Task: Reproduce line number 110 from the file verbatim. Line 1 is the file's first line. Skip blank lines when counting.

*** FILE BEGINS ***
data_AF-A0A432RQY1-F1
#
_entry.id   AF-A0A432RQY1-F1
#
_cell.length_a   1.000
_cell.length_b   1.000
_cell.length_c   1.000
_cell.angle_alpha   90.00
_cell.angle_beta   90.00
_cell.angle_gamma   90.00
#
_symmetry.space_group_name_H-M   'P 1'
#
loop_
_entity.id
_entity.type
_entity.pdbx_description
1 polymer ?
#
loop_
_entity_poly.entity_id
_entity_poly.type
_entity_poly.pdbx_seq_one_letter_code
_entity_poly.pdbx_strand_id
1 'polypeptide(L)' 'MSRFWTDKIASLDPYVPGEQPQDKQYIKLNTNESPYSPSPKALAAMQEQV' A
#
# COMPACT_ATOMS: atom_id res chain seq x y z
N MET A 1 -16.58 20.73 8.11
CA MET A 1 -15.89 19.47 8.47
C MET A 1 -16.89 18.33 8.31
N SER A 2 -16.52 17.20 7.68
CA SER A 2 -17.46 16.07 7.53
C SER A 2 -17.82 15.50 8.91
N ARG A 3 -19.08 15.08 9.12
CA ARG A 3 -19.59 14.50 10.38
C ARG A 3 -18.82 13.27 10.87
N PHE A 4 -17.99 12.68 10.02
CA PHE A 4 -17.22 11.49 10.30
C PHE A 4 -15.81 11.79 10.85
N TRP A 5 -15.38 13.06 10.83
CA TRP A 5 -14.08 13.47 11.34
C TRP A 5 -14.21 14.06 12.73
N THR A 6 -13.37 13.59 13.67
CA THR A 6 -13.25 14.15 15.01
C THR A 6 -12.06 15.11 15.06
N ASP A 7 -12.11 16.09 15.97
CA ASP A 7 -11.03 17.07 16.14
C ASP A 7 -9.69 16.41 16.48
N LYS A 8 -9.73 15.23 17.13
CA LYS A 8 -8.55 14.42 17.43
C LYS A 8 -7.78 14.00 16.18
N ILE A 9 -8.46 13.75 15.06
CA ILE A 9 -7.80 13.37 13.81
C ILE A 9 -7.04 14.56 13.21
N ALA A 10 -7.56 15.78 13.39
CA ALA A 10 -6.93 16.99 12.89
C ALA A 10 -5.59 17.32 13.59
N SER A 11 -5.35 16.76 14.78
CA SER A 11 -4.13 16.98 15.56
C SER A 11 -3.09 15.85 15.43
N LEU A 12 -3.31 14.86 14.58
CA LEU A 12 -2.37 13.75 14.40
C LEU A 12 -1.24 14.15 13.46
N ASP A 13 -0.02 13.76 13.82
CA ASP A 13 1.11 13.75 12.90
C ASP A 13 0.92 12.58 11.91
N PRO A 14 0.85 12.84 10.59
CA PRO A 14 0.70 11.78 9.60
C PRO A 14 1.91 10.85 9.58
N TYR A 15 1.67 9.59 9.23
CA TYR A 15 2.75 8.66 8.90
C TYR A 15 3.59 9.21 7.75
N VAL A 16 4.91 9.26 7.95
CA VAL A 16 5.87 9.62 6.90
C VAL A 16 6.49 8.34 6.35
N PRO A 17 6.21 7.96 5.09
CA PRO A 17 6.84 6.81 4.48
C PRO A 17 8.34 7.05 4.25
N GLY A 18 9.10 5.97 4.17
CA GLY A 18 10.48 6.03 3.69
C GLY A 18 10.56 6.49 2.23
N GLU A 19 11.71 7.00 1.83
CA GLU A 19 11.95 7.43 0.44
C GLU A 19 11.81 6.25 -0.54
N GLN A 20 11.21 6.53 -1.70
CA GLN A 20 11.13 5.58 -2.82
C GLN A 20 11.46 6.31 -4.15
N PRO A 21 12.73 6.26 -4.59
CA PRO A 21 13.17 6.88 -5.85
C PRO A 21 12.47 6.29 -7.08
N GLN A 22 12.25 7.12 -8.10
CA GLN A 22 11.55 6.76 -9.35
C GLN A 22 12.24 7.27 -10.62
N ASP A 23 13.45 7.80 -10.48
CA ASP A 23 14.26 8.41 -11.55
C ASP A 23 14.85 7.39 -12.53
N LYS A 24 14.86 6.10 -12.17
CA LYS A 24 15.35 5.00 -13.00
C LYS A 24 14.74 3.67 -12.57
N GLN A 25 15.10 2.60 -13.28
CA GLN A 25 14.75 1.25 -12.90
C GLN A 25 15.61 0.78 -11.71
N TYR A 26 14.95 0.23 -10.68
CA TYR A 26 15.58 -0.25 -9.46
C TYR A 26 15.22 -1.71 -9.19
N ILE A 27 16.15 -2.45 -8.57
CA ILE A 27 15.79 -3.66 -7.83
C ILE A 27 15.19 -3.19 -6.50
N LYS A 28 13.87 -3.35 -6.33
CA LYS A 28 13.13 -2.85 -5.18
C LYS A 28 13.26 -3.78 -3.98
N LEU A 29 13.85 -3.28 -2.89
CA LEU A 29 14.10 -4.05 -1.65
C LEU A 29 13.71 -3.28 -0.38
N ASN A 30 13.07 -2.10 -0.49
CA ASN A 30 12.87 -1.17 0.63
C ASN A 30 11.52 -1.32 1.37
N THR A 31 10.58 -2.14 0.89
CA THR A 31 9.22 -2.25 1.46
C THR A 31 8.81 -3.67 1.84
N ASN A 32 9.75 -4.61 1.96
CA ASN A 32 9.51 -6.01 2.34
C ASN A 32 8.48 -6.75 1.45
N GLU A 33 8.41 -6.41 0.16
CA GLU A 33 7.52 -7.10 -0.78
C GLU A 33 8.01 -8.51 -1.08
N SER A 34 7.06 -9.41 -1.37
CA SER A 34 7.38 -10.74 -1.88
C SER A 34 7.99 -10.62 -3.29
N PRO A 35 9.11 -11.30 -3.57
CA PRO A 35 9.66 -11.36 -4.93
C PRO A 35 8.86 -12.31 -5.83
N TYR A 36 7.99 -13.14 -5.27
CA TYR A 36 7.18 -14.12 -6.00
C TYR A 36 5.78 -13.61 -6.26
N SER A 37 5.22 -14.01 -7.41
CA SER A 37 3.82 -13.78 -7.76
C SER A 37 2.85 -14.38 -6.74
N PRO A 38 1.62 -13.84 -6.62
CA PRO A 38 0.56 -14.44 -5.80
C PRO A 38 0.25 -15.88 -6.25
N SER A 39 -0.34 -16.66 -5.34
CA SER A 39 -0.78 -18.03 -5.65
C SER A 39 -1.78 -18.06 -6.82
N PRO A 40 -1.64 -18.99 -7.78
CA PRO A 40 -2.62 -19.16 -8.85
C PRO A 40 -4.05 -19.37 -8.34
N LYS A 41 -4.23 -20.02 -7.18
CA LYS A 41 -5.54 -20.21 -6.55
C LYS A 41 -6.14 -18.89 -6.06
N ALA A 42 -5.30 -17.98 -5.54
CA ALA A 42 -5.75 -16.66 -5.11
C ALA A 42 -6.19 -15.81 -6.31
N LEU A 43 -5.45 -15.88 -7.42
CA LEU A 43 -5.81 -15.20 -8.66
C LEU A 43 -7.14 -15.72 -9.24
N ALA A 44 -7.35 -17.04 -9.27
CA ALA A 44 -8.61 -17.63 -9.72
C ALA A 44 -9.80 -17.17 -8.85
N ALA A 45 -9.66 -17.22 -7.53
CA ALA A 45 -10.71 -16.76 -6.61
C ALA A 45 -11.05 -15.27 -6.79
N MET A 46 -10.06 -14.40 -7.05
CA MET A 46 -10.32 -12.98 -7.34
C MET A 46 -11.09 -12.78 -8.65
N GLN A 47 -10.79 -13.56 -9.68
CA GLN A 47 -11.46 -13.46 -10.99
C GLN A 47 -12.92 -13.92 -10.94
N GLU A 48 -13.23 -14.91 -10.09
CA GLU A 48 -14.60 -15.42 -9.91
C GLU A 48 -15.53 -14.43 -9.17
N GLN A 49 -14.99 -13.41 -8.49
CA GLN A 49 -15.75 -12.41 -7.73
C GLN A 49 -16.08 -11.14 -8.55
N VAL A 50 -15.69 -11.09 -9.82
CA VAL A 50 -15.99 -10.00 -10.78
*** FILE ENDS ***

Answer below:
CA LYS A 28 13.13 -2.85 -5.18